B.A. Individualized Interdepartmental Studies, University of Minnesota
M.A. Culture, Globalization and the City, Goldsmiths College, University of London
Ph.D. Geography, The Graduate Center, The City University of New York
Mailing: Box 358530, 18115 Campus Way NE, Bothell, WA 98011-8246
I believe that the best courses push students beyond what is familiar and comfortable. I strive to create learning environments that are intellectually rigorous and that also challenge students socially by working to decenter common assumptions about things like inequality, race, gender, and class. I try not to tell students what or how to think but to instead present them with perspectives that raise new questions about the world. Meanwhile, I provoke them to sort through information, decide what is important, synthesize it, and make critical arguments about it according to their own strengths. Wherever possible, my students are encouraged to use different learning styles and modes of thought—oral and visual as well as written; biographical and personal as well as analytical.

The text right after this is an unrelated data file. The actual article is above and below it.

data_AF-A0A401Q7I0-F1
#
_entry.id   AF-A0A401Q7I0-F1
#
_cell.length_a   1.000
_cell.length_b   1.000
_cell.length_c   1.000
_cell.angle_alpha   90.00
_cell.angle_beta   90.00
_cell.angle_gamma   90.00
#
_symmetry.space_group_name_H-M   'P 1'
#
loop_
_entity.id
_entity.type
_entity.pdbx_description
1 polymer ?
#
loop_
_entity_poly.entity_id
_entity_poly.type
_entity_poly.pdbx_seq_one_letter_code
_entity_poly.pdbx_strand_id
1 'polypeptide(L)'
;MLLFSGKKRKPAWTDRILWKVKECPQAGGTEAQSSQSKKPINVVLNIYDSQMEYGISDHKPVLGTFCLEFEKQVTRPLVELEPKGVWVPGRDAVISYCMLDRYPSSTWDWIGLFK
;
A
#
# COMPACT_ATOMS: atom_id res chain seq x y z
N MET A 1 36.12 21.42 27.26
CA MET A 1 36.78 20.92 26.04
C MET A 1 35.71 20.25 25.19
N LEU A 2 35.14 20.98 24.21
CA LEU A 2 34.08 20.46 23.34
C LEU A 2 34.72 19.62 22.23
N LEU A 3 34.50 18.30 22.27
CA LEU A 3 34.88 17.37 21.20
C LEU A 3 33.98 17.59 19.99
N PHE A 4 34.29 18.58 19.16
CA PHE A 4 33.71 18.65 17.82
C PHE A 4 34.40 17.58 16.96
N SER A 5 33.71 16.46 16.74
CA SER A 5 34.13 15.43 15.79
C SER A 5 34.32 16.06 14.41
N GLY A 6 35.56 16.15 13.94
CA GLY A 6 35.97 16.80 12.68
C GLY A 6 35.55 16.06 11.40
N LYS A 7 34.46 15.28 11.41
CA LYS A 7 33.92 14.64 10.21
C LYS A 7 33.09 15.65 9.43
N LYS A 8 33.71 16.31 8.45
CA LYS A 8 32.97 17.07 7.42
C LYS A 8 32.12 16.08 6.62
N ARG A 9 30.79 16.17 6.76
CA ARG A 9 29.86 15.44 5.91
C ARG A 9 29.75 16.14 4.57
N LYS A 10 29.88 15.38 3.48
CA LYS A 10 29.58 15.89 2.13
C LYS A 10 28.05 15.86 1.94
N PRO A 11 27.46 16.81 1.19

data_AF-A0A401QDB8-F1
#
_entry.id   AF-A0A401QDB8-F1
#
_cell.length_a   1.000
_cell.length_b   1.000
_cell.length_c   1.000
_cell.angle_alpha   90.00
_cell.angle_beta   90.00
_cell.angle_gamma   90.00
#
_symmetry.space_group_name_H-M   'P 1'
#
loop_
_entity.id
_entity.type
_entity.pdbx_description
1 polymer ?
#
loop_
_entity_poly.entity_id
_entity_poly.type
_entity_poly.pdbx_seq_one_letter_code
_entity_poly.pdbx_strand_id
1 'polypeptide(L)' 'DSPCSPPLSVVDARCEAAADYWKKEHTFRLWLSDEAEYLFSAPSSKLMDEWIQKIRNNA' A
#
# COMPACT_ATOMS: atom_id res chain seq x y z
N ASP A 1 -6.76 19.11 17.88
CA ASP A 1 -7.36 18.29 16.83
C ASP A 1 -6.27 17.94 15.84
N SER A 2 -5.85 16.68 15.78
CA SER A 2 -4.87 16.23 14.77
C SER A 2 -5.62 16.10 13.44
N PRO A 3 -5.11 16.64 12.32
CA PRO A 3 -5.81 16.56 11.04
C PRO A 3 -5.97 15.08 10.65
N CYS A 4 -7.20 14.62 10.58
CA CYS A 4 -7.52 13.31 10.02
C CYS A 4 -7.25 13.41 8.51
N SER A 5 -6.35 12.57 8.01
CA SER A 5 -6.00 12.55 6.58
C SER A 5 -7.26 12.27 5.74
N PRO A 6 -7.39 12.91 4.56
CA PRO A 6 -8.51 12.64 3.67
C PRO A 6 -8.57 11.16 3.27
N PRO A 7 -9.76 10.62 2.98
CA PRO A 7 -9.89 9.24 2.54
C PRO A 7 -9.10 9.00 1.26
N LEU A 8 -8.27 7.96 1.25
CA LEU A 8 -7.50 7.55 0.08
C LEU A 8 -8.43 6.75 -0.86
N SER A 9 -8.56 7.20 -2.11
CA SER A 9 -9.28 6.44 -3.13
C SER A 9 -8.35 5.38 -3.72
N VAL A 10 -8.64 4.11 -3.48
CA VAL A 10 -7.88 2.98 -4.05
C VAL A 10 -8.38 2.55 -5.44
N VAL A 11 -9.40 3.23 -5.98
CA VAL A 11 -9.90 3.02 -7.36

Recent Courses Taught
BIS 340 Approaches to Cultural Research
BISCLA 318 Performance, Identity, Community, and Everyday Life
My research focuses on the ways that everyday practices intersect with broader political-economic and cultural processes in and across space, particularly in cities. I approach these questions using ethnography to empirically examine everyday life. In so doing, I emphasize the actual experiences and lived details of processes—for example, globalization and gentrification—that have previously been understood largely through abstract macro theory. My work also grapples with disquieting questions of inequality, structural violence, and human struggle as they are lived within these contexts.
Lost in Space? Ethnography and the Disparate Geographies of Social Process. Professional Geographer 64 276-285 (2012)
Review of Themis Chronopoulos’ “Spatial Regulation in New York City: From Urban Renewal to Zero Tolerance” Antipode (2012)
Anderson, C. 2009. Review of Les Back’s ‘The Art of Listening’. Emotion, Space, and Society 2 74 (2009)
To what will we resort when capitalism is over? Human Geography 4 101-104 (2009)
[Collaboratively authored with the Spacetime Research Collective at the CUNY Graduate Center]
The Uses of Grand Plans. Progressive Planning 177 46-49 (2008)
[Collaboratively authored with students as an instructor at Hunter College, New York City]